October 4th - National Park # 12 - Black Canyon of the Gunnison National Park: Another early morning departure was in order so I could arrive before sunrise and witness the sunrise over the Canyon. As I was ascending the mountain to the top of the south rim, I saw fall colors in their full glory. At some altitudes, I SheriffTour/104photo1.jpgdetermined, they were at peak while higher altitudes. To say the colors were beautiful simply does not do it justice.
 
The park was virtually empty so it was easy for me to make my way through the scenic rim road and hit all of the overlooks without delay. The first glimpse of the canyon was breath-taking. Shear black cliff walls jetted skyward from the river floor below. The light was not full in the canyon yet so the crevasses were extra dark adding to the sinister look. It made my knees cold when I looked over the edge.
 
The sun actually did not work in my favor on some of the walls. I can see where it would be advantageous to spend the entire day to see the many faces of the canyon illuminated by the sun. I finished the drive and made the stop,at the visitor center for book stamping and watching the video about the first canyon mapping and exploration.
 
Highway 50 must be one of the most scenic roads ever known to man-kind. I have been following it for hundreds of miles as it left Great Basic, joined I70 now passes through Montrose and toward Alamosa. I kept my Foreflight out so I had a real map and just the “turn right now” of the GPS without more detail. We were going over high terrain and I had actually looked at flying this section of airspace before but wondered about the passes at 10,000’ plus. It was good to lay eyes on them.
 
Again, describing the fall colors, vibrant shades of the mountains and the wildly varied scenery as “beautiful” or “spectacular” is a real injustice. It is something that is nothing short of awe inspiring - too good to stop and try to capture in a still image. It is best left as a movie memory imprinted on my brain.SheriffTour/104photo2.jpg
 
National Park # 13 - Great Sand Dunes National Park: I finally left highway 50 to head south and selected a series of back roads just to make life more interesting. I passed huge expansive ranches filled with cattle, crops, lots of alfalfa mostly, and not too many houses. This was a wide valley on the back side of the front range. A storm was brewing and part had already seen its way to the valley floor while other clouds were lurking at the mountain tops just waiting for the opportunity to unleash a torrent on the dry ground below.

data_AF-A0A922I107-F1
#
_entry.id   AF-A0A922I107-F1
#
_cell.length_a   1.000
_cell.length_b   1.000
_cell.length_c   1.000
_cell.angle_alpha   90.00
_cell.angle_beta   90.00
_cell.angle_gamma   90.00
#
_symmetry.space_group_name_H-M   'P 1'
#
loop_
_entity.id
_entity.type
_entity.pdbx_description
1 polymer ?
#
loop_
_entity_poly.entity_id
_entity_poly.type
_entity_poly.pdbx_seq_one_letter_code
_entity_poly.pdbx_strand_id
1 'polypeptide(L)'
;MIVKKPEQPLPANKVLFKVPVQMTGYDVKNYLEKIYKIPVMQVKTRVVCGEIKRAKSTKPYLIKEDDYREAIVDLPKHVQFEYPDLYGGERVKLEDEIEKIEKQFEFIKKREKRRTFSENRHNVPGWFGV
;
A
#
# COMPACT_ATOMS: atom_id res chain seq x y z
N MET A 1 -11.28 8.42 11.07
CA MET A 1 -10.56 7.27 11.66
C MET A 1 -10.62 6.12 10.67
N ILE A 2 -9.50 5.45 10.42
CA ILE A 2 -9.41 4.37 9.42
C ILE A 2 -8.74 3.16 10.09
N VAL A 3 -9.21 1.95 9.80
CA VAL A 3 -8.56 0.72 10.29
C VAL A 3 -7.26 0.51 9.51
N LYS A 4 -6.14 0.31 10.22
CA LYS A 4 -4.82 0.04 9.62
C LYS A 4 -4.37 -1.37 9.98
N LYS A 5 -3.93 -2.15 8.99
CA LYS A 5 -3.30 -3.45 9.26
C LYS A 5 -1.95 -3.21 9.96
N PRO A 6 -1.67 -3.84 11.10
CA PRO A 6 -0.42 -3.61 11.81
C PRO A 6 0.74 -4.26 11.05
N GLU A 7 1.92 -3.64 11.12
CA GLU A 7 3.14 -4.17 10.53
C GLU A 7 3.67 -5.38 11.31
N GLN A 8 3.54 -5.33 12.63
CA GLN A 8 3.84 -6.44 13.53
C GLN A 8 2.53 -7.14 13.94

I kept my gaze at the distant sky and scenery when a large sand colored mound appeared way off in the distance. Could that possibly be the Sand Dunes? Certainly not this far out. But it was. As I approached the park, I could see these massive dunes towering 750’ up from the valley floor. The Dune is 30 miles long and quite impressive.
 

Unfortunately by now the wind was blowing 30 kts and the rains were headed my way. I ducked into the visitor center to see the film about the park and get my passport stamped. There is not much to do there for a drive - lots of hiking and playing in the sand, neither of which were things that I wanted to do (I am not a big fan of sandy beaches either, truth be told). I decided to call,it a day and head to the hotel in Alamosa that happened to be next to Walmart. I re-stocked my supplies and decided an afternoon of rest would be good. Tomorrow is another long driving day but I am hoping for some fun stuff along the way. We will see.
 
October 5th: National Park # 14 - Petrified Forest National Park: Well, my plan of seeing the Albuquerque balloon mass launch was a bit of a bust. The whole way down from just north of Santa Fe through Albuquerque was fog. Some wasy laying on the road which was NOT good for driving in the dark but the remainder was hovering just above ground level. Fortunately, I arrive at the launch site around 8:30 am to see hoards of balloons just waiting and a meager few in the air. Darn!!